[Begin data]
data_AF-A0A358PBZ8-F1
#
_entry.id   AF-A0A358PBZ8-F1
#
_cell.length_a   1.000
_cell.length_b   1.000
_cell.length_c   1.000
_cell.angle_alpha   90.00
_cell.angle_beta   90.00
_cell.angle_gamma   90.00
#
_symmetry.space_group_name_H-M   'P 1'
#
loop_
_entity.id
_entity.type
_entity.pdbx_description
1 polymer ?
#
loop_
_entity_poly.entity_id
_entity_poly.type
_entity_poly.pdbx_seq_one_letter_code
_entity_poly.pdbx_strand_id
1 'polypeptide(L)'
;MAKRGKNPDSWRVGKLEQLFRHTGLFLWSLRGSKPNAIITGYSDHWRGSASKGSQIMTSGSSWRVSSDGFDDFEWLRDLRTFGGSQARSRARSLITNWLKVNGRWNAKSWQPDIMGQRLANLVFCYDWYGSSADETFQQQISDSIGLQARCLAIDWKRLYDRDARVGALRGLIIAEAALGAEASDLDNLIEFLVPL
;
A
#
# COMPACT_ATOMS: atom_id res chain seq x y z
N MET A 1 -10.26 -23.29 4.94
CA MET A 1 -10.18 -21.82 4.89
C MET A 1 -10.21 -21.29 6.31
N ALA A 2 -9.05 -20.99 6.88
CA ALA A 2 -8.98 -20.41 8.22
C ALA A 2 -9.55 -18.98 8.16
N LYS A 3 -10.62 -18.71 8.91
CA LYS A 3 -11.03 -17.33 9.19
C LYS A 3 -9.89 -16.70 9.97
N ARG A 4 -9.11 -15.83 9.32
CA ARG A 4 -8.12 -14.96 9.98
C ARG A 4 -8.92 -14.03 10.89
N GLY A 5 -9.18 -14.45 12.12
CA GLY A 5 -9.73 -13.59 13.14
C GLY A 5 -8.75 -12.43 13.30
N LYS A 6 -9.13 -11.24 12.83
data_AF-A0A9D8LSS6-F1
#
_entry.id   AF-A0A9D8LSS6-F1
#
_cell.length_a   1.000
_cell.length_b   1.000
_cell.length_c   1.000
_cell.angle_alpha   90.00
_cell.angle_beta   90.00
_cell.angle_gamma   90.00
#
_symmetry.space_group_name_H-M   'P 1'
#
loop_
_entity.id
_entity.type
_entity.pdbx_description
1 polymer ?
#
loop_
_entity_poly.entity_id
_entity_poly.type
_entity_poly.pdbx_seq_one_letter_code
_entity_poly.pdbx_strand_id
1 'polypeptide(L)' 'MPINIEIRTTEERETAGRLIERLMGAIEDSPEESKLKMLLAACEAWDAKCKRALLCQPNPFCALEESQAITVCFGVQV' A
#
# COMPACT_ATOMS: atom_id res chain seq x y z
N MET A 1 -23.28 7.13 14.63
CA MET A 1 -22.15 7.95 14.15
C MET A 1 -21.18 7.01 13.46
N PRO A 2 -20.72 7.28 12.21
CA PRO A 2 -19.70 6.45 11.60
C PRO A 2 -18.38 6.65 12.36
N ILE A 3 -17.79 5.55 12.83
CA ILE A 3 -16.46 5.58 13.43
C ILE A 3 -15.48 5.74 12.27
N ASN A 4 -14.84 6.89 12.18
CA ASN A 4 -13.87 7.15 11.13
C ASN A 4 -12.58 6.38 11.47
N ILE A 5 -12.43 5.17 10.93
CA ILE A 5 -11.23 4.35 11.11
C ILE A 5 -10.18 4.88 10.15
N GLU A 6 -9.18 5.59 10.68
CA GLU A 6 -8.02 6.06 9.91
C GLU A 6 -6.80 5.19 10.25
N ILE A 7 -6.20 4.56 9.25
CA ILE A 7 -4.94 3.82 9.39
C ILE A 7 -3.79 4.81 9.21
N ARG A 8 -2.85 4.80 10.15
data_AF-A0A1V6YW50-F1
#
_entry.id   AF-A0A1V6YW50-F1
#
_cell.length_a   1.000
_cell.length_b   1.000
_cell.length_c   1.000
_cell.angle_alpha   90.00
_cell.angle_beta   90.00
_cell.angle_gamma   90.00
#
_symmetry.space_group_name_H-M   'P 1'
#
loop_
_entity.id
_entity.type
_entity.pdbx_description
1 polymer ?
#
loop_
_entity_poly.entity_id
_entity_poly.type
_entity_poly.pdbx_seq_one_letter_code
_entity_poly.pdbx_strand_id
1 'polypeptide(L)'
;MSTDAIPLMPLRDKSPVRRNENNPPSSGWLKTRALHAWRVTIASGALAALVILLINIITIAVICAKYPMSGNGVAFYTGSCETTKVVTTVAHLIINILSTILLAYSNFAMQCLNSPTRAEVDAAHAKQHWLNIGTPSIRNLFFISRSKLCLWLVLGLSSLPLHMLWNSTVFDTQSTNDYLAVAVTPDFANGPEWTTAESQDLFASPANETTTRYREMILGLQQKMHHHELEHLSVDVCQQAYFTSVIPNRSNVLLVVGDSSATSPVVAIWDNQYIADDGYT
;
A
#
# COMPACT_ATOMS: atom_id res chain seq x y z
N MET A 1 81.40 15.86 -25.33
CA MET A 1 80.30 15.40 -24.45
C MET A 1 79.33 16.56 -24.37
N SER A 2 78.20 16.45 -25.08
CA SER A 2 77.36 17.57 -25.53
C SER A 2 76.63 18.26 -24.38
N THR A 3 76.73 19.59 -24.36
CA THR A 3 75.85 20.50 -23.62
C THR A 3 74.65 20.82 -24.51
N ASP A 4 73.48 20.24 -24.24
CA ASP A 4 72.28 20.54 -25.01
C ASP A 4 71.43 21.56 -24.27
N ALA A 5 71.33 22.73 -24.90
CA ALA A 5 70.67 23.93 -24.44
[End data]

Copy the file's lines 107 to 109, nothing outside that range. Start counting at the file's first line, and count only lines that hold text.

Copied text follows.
_symmetry.space_group_name_H-M   'P 1'
#
loop_